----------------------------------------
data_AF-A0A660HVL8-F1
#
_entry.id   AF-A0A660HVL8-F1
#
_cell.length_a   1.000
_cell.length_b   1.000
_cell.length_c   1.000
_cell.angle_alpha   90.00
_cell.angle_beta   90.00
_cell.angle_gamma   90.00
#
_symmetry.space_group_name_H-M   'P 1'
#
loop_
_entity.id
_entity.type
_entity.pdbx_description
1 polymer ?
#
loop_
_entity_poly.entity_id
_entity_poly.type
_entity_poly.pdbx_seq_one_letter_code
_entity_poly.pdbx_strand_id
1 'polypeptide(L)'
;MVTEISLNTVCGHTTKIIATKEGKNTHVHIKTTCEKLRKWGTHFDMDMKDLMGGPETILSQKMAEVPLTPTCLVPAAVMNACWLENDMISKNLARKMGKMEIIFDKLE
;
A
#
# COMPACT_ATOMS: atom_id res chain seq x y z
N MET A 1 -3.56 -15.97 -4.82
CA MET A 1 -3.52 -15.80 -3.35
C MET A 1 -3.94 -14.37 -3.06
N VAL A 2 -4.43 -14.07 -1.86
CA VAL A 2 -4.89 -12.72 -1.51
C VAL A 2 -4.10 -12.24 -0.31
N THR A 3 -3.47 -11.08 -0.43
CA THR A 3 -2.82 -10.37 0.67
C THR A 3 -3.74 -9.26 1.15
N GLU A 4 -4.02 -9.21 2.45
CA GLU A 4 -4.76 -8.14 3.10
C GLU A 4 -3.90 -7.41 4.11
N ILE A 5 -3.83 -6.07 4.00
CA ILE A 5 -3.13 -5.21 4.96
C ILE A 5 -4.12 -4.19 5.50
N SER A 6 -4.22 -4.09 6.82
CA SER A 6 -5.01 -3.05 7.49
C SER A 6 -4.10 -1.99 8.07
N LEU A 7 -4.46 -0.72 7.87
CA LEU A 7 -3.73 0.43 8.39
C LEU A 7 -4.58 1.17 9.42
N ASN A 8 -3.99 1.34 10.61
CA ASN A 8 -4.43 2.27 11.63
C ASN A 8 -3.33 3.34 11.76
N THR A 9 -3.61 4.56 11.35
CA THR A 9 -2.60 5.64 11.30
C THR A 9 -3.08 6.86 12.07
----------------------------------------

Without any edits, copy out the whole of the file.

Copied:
data_AF-A0A660HVL8-F1
#
_entry.id   AF-A0A660HVL8-F1
#
_cell.length_a   1.000
_cell.length_b   1.000
_cell.length_c   1.000
_cell.angle_alpha   90.00
_cell.angle_beta   90.00
_cell.angle_gamma   90.00
#
_symmetry.space_group_name_H-M   'P 1'
#
loop_
_entity.id
_entity.type
_entity.pdbx_description
1 polymer ?
#
loop_
_entity_poly.entity_id
_entity_poly.type
_entity_poly.pdbx_seq_one_letter_code
_entity_poly.pdbx_strand_id
1 'polypeptide(L)'
;MVTEISLNTVCGHTTKIIATKEGKNTHVHIKTTCEKLRKWGTHFDMDMKDLMGGPETILSQKMAEVPLTPTCLVPAAVMNACWLENDMISKNLARKMGKMEIIFDKLE
;
A
#
# COMPACT_ATOMS: atom_id res chain seq x y z
N MET A 1 -3.56 -15.97 -4.82
CA MET A 1 -3.52 -15.80 -3.35
C MET A 1 -3.94 -14.37 -3.06
N VAL A 2 -4.43 -14.07 -1.86
CA VAL A 2 -4.89 -12.72 -1.51
C VAL A 2 -4.10 -12.24 -0.31
N THR A 3 -3.47 -11.08 -0.43
CA THR A 3 -2.82 -10.37 0.67
C THR A 3 -3.74 -9.26 1.15
N GLU A 4 -4.02 -9.21 2.45
CA GLU A 4 -4.76 -8.14 3.10
C GLU A 4 -3.90 -7.41 4.11
N ILE A 5 -3.83 -6.07 4.00
CA ILE A 5 -3.13 -5.21 4.96
C ILE A 5 -4.12 -4.19 5.50
N SER A 6 -4.22 -4.09 6.82
CA SER A 6 -5.01 -3.05 7.49
C SER A 6 -4.10 -1.99 8.07
N LEU A 7 -4.46 -0.72 7.87
CA LEU A 7 -3.73 0.43 8.39
C LEU A 7 -4.58 1.17 9.42
N ASN A 8 -3.99 1.34 10.61
CA ASN A 8 -4.43 2.27 11.63
C ASN A 8 -3.33 3.34 11.76
N THR A 9 -3.61 4.56 11.35
CA THR A 9 -2.60 5.64 11.30
C THR A 9 -3.08 6.86 12.07